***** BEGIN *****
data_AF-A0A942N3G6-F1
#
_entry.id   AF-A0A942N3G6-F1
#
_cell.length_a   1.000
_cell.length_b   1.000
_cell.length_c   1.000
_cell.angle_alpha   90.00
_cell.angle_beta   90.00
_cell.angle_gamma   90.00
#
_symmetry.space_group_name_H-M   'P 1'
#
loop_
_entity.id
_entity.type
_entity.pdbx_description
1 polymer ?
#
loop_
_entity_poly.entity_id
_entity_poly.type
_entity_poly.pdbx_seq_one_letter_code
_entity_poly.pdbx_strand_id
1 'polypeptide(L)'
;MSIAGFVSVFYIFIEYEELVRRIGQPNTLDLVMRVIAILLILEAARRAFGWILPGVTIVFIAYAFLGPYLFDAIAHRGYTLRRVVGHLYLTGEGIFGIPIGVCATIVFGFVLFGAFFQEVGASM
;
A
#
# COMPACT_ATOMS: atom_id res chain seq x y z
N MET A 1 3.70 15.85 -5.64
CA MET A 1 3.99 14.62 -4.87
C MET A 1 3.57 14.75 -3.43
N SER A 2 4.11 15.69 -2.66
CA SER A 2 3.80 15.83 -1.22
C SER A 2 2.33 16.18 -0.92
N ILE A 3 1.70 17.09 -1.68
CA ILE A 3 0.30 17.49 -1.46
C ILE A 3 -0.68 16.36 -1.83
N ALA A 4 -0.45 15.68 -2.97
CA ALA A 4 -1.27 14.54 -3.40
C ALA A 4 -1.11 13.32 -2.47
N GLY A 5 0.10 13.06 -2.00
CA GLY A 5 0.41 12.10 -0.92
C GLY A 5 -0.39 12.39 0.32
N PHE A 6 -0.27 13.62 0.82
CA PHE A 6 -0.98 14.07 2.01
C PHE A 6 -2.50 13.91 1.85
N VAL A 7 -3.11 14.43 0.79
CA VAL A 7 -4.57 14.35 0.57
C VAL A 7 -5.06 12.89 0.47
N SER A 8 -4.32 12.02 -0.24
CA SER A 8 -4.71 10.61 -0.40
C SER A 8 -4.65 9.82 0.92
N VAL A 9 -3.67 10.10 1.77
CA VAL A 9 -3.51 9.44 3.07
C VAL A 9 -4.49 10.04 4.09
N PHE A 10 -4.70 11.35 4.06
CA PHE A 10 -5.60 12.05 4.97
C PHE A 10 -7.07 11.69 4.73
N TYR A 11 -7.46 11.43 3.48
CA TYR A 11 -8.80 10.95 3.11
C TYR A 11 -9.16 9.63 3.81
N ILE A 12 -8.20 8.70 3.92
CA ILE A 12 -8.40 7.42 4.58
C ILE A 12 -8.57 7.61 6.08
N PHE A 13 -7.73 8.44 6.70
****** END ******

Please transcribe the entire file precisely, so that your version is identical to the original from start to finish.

data_AF-A0A942N3G6-F1
#
_entry.id   AF-A0A942N3G6-F1
#
_cell.length_a   1.000
_cell.length_b   1.000
_cell.length_c   1.000
_cell.angle_alpha   90.00
_cell.angle_beta   90.00
_cell.angle_gamma   90.00
#
_symmetry.space_group_name_H-M   'P 1'
#
loop_
_entity.id
_entity.type
_entity.pdbx_description
1 polymer ?
#
loop_
_entity_poly.entity_id
_entity_poly.type
_entity_poly.pdbx_seq_one_letter_code
_entity_poly.pdbx_strand_id
1 'polypeptide(L)'
;MSIAGFVSVFYIFIEYEELVRRIGQPNTLDLVMRVIAILLILEAARRAFGWILPGVTIVFIAYAFLGPYLFDAIAHRGYTLRRVVGHLYLTGEGIFGIPIGVCATIVFGFVLFGAFFQEVGASM
;
A
#
# COMPACT_ATOMS: atom_id res chain seq x y z
N MET A 1 3.70 15.85 -5.64
CA MET A 1 3.99 14.62 -4.87
C MET A 1 3.57 14.75 -3.43
N SER A 2 4.11 15.69 -2.66
CA SER A 2 3.80 15.83 -1.22
C SER A 2 2.33 16.18 -0.92
N ILE A 3 1.70 17.09 -1.68
CA ILE A 3 0.30 17.49 -1.46
C ILE A 3 -0.68 16.36 -1.83
N ALA A 4 -0.45 15.68 -2.97
CA ALA A 4 -1.27 14.54 -3.40
C ALA A 4 -1.11 13.32 -2.47
N GLY A 5 0.10 13.06 -2.00
CA GLY A 5 0.41 12.10 -0.92
C GLY A 5 -0.39 12.39 0.32
N PHE A 6 -0.27 13.62 0.82
CA PHE A 6 -0.98 14.07 2.01
C PHE A 6 -2.50 13.91 1.85
N VAL A 7 -3.11 14.43 0.79
CA VAL A 7 -4.57 14.35 0.57
C VAL A 7 -5.06 12.89 0.47
N SER A 8 -4.32 12.02 -0.24
CA SER A 8 -4.71 10.61 -0.40
C SER A 8 -4.65 9.82 0.92
N VAL A 9 -3.67 10.10 1.77
CA VAL A 9 -3.51 9.44 3.07
C VAL A 9 -4.49 10.04 4.09
N PHE A 10 -4.70 11.35 4.06
CA PHE A 10 -5.60 12.05 4.97
C PHE A 10 -7.07 11.69 4.73
N TYR A 11 -7.46 11.43 3.48
CA TYR A 11 -8.80 10.95 3.11
C TYR A 11 -9.16 9.63 3.81
N ILE A 12 -8.20 8.70 3.92
CA ILE A 12 -8.40 7.42 4.58
C ILE A 12 -8.57 7.61 6.08
N PHE A 13 -7.73 8.44 6.70